Jargon and Training Gimmicks
Quick Fixes and Physical Restraints
Dog trainers and pet behaviourists are often
falling into the trap of labelling the poor misunderstood animal with one of
the fashionable "in" words or statements, often giving misguided,
insensitive or even damaging advice. How many times have we heard the following
"buzz" words or statements; aggressive, dominant, attention seeking,
not socialised? Or phrases such as "Never let your dog walk in front of
you or go though a doorway first." or, "Don't let your dog sleep in
the bedroom."? These statements are casually thrown out as fact without an
in depth understanding of that particular person' s circumstances or the
temperament and history of their pet. It is arrogant and insulting when so
called "experts" bombard the poor owner with conflicting, sometimes
inaccurate, or incomplete advice.
"Don't let your dog walk in front of you. It shows he is dominant."
Does it? Where do sheep dogs, guide dogs, tracker dogs, police dogs work? In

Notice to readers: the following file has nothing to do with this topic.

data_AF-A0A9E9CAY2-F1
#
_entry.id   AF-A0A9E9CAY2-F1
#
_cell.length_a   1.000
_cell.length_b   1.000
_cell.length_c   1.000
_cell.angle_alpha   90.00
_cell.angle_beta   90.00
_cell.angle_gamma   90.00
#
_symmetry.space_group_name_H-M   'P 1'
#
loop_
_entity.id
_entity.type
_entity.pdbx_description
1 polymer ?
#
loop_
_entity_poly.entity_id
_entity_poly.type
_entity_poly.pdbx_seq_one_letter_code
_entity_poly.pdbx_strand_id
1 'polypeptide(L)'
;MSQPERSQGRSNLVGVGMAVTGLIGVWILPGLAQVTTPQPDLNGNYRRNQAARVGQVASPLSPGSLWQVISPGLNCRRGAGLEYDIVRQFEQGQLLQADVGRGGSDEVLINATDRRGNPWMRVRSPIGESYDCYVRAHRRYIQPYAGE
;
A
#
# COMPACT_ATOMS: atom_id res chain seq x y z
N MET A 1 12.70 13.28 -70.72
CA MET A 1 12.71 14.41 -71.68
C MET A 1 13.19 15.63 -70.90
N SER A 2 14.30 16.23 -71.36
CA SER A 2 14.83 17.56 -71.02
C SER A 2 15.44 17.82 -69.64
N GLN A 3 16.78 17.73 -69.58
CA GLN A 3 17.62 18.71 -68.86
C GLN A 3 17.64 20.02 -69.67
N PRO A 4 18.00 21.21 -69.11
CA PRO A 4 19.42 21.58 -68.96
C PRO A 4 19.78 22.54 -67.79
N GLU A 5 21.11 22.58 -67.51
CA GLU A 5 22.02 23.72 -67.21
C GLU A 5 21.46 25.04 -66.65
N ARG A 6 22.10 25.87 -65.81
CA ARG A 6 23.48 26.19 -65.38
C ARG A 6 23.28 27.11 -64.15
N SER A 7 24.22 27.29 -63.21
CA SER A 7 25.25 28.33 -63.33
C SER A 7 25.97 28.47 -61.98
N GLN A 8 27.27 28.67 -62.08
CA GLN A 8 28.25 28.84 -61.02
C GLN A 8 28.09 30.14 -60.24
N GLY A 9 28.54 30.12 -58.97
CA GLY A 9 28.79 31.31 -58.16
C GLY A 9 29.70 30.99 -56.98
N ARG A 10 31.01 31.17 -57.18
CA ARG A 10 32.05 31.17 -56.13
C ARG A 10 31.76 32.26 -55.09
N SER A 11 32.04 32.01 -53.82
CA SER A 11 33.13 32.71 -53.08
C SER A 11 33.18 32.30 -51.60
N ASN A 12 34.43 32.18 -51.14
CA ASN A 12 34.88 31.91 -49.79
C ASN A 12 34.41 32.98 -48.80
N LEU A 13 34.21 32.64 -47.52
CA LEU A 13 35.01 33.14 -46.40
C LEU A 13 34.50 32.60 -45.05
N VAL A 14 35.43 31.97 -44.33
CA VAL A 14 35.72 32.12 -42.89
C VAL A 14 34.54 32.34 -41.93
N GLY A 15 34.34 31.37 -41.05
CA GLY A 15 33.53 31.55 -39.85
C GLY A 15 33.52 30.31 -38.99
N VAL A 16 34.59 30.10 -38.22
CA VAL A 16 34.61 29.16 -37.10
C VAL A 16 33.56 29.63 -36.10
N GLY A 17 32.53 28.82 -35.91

front. How about drug detection dogs that seek out explosives and unexploded
mines, their handlers are well behind! I am very happy for my Newfoundland to
hurry though the door first as I bring up the rear, because she is carrying in
the week's shopping from Tescos! Sometimes she pulls like a train and
sometimes she stands rock still how ever hard I pull; I find this very useful
as she pulls me up steep slippery slopes and acts as a safe anchor as I hang on
to her as I climb down again!
"Don't let your dog sleep in the bedroom."
Statements such as this are not
helpful. Some owners are on their own, and are often lonely and nervous and
enjoy the security and comfort their pet gives. Some people have to work during
the day so like to maximise the time their pets are with them when they are at
home. The important issue is whether this is causing a problem, or is it likely
to in this particular case?
There are many reasons for this that have to be explored. One case
I helped with was a little dog who suddenly become aggressive when picked up
and enthusiastically cuddled by his owner. His "aggression" problem
was very painful anal glands! I think I might have been a bit aggressive too!
Then we have the quick fixes and physical restraints, the head collars and dogs
trussed up in all kinds of harnesses. We have the buzzers and shockers,
clackers and clonkers. All these gimmicks are a poor substitute for an in depth
study of the dog and its special needs.